The Indian government’s ban on 59 Chinese apps under Section 69A of IT Act has called into question the larger issues around data privacy
The government said the move protects the digital data of Indian users from the Chinese government and addresses data localisation concerns
But despite similar well-publicised privacy concerns in the past such as the Facebook-Cambridge Analytica, such bans have never been used in India
The Indian government’s list of 59 Chinese apps to be banned in India, includes a cherry-picking of some of the most popular Chinese apps including TikTok, UC browser, ShareIT, CamScanner and Shein. The decision is said to be driven by the multiple concerns around user data storage policies of these apps.
However, these are not the only apps to have stirred data localisation concerns in the country. The most recent case being US-based video calling app Zoom, which has faced massive criticism around the world for a range of privacy issues, including sharing user data with Facebook, and false claims of having end-to-end encryption.
Recognising the severity of concerns and Zoom’s growing popularity among Indian users, the Supreme Court has also sent a notice to the central government last month, seeking its opinion on banning Zoom. However, the video conferencing platform did not feature on the recent list of banned applications. Similarly, WhatsApp’s Pegasus scandal, Facebook’s Cambridge Analytica row, which impacted over 5.7 Lakh Indian users and Amazon’s Echo eavesdropping on user conversations are all well-known cases of data privacy breaches that have impacted Indians in the past. Yet these platforms continue to operate in the country without adequate scrutiny.
As an independent researcher Srinivas Kodali noted in a recent tweet, “Still waiting for that summons to Mark Zuckerberg and a parliamentary committee report on Cambridge Analytica, Aadhaar data leaks.”
In addition to this, many other Chinese apps with similar data security concerns continue to operate in India. This includes Mafiacity, Turbo VPN, Last Empire, ZakZak pro, UpLive, Togetu, Guns of Glory, and Bytedance-owned Resso, among others.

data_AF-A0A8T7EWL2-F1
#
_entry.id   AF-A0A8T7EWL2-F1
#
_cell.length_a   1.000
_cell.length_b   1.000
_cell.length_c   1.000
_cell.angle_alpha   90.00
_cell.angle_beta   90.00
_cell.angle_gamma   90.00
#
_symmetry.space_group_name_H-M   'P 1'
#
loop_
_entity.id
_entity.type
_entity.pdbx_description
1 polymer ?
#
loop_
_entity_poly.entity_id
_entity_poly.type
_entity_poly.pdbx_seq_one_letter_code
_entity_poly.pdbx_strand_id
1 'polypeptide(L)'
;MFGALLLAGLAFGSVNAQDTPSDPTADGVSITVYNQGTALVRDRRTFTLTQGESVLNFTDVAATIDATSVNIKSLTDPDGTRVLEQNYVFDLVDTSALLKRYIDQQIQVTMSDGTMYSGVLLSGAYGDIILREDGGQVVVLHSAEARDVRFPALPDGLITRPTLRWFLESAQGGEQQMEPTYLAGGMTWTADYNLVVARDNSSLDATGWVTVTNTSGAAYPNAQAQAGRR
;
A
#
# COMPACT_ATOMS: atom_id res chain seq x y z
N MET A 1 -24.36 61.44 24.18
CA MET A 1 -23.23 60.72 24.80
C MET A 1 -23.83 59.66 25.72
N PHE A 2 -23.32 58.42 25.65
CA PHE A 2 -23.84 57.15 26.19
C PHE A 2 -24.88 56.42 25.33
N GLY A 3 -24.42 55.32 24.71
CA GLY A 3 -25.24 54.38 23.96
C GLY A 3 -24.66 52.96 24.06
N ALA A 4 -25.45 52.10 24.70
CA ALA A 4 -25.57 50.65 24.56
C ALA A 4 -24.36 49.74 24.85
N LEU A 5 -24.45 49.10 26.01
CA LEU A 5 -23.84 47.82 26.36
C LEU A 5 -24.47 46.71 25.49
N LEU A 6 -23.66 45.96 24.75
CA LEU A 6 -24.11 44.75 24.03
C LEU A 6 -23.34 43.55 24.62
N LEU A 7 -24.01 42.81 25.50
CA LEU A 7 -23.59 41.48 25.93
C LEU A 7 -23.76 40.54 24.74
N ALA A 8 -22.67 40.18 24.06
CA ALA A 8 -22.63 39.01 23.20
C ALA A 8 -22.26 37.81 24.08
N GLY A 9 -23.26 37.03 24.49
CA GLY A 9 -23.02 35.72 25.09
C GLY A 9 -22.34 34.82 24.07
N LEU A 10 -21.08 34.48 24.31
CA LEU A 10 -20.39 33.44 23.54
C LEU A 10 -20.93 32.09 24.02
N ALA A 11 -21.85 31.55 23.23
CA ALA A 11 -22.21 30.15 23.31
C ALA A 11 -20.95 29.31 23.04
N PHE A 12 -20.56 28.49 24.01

App Bans Over Diplomacy
Such selective banning of applications raises the question of whether it is actually a move to protect Indian users’ data privacy or a purely geopolitical move. According to technology lawyer and founder of SFLC (Software Freedom Law Center), Mishi Choudhary, this move underscores the fact that the cyber world and the internet are part of the geopolitics and not some distant matter left to the techies.
“We must have a robust cyber peace or war policy that addresses our national security concerns and presents a well thought through rights-respecting policy in sharp contrast to an authoritarian regime like China,” she added. The ban was announced under Section 69A of the IT Act which empowers the government to block any content in the interest of the country’s defence. So clearly, it’s all about defence.
Adding to this, Gurshabad Grover of the Centre for Internet and Society said that the rule 16 of these regulations place a confidentiality obligation on intermediaries (online services) that receive such orders, which makes it difficult to challenge such orders. However, the companies can still challenge the order for being arbitrary. “If lots of apps have been found to creating privacy concerns by surreptitiously passing data, these (Chinese) companies may contest the decision for being arbitrary,” he added.
Grover also noted that orders like these do not replace the need for personal data protection policy in India. There is a need for a data protection framework applicable to all organisations, no matter what their country of origin. “If the WeTransfer instance is any indication, this is opening up a pattern where the government blocks certain apps that it is suspicious of, rather than having a robust legal framework and regulator deal with such issues,” he added.
Data Protection Bill In India
On numerous occasions, Prime Minister Narendra Modi has called data the ‘new oil’ or ‘new gold’ and it looks like that India doesn’t want to give away its new gold. The government has also been working on a draft data protection policy since 2018, which is currently under discussion in a joint parliamentary committee.
The latest version of the bill draft that was circulated among the parliamentary members in Dec 2019, noted that companies will be allowed to transfer and process user data — including sensitive personal data — outside India after taking explicit consent from the user.
However, the bill maintained its stance on data localisation and noted that the sensitive personal data needs to be stored within India as well. Sensitive personal data definition includes financial data, health data, biometric data, sexual orientation, transgender status, genetic data, caste or tribe, religious or political belief, and more.
The only restriction on the processing of data outside India has been applied to critical personal data, a data categorisation that will be defined by the central government. At the moment, there is no definition of what constitutes critical data.